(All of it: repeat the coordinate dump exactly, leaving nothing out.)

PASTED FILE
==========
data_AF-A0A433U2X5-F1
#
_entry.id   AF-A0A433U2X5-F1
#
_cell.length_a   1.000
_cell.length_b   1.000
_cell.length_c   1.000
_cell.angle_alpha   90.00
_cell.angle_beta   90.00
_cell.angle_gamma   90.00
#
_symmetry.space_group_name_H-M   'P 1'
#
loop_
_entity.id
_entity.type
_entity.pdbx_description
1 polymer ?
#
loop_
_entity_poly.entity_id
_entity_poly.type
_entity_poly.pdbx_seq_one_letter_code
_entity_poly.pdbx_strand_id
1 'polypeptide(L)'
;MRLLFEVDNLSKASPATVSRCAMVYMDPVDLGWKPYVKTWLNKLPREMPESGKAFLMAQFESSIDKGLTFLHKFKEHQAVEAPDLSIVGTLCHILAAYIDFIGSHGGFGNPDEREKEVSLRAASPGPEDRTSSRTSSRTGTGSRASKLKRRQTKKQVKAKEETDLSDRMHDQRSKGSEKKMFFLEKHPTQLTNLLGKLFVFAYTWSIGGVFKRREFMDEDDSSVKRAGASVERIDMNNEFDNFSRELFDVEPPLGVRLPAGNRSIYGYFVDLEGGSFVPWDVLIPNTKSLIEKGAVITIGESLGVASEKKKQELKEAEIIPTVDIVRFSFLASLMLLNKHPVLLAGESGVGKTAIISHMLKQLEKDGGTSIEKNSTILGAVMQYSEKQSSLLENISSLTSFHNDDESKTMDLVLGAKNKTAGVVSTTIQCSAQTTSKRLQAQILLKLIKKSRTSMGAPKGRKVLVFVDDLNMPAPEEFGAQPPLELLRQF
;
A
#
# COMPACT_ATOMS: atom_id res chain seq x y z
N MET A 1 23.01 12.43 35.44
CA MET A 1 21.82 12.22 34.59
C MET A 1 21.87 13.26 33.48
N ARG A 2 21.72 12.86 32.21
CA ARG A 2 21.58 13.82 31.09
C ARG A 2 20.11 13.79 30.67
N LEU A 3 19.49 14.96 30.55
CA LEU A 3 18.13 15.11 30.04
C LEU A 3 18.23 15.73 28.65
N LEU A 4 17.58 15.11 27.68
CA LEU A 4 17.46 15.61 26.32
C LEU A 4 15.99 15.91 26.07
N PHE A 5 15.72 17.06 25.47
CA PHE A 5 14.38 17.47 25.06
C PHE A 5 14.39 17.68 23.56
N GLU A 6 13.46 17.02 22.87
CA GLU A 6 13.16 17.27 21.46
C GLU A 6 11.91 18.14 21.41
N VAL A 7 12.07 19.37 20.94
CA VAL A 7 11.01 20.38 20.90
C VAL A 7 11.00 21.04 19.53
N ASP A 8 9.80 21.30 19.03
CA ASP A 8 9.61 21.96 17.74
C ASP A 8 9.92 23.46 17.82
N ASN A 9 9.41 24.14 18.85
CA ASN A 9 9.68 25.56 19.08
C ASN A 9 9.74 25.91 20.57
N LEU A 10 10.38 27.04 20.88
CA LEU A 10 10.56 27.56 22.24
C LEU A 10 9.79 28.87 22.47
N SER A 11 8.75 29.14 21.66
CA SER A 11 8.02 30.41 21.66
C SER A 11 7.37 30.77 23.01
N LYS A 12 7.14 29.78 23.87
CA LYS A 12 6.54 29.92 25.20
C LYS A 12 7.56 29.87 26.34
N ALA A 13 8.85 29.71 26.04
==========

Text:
data_AF-A0A433U2X5-F1
#
_entry.id   AF-A0A433U2X5-F1
#
_cell.length_a   1.000
_cell.length_b   1.000
_cell.length_c   1.000
_cell.angle_alpha   90.00
_cell.angle_beta   90.00
_cell.angle_gamma   90.00
#
_symmetry.space_group_name_H-M   'P 1'
#
loop_
_entity.id
_entity.type
_entity.pdbx_description
1 polymer ?
#
loop_
_entity_poly.entity_id
_entity_poly.type
_entity_poly.pdbx_seq_one_letter_code
_entity_poly.pdbx_strand_id
1 'polypeptide(L)'
;MRLLFEVDNLSKASPATVSRCAMVYMDPVDLGWKPYVKTWLNKLPREMPESGKAFLMAQFESSIDKGLTFLHKFKEHQAVEAPDLSIVGTLCHILAAYIDFIGSHGGFGNPDEREKEVSLRAASPGPEDRTSSRTSSRTGTGSRASKLKRRQTKKQVKAKEETDLSDRMHDQRSKGSEKKMFFLEKHPTQLTNLLGKLFVFAYTWSIGGVFKRREFMDEDDSSVKRAGASVERIDMNNEFDNFSRELFDVEPPLGVRLPAGNRSIYGYFVDLEGGSFVPWDVLIPNTKSLIEKGAVITIGESLGVASEKKKQELKEAEIIPTVDIVRFSFLASLMLLNKHPVLLAGESGVGKTAIISHMLKQLEKDGGTSIEKNSTILGAVMQYSEKQSSLLENISSLTSFHNDDESKTMDLVLGAKNKTAGVVSTTIQCSAQTTSKRLQAQILLKLIKKSRTSMGAPKGRKVLVFVDDLNMPAPEEFGAQPPLELLRQF
;
A
#
# COMPACT_ATOMS: atom_id res chain seq x y z
N MET A 1 23.01 12.43 35.44
CA MET A 1 21.82 12.22 34.59
C MET A 1 21.87 13.26 33.48
N ARG A 2 21.72 12.86 32.21
CA ARG A 2 21.58 13.82 31.09
C ARG A 2 20.11 13.79 30.67
N LEU A 3 19.49 14.96 30.55
CA LEU A 3 18.13 15.11 30.04
C LEU A 3 18.23 15.73 28.65
N LEU A 4 17.58 15.11 27.68
CA LEU A 4 17.46 15.61 26.32
C LEU A 4 15.99 15.91 26.07
N PHE A 5 15.72 17.06 25.47
CA PHE A 5 14.38 17.47 25.06
C PHE A 5 14.39 17.68 23.56
N GLU A 6 13.46 17.02 22.87
CA GLU A 6 13.16 17.27 21.46
C GLU A 6 11.91 18.14 21.41
N VAL A 7 12.07 19.37 20.94
CA VAL A 7 11.01 20.38 20.90
C VAL A 7 11.00 21.04 19.53
N ASP A 8 9.80 21.30 19.03
CA ASP A 8 9.61 21.96 17.74
C ASP A 8 9.92 23.46 17.82
N ASN A 9 9.41 24.14 18.85
CA ASN A 9 9.68 25.56 19.08
C ASN A 9 9.74 25.91 20.57
N LEU A 10 10.38 27.04 20.88
CA LEU A 10 10.56 27.56 22.24
C LEU A 10 9.79 28.87 22.47
N SER A 11 8.75 29.14 21.66
CA SER A 11 8.02 30.41 21.66
C SER A 11 7.37 30.77 23.01
N LYS A 12 7.14 29.78 23.87
CA LYS A 12 6.54 29.92 25.20
C LYS A 12 7.56 29.87 26.34
N ALA A 13 8.85 29.71 26.04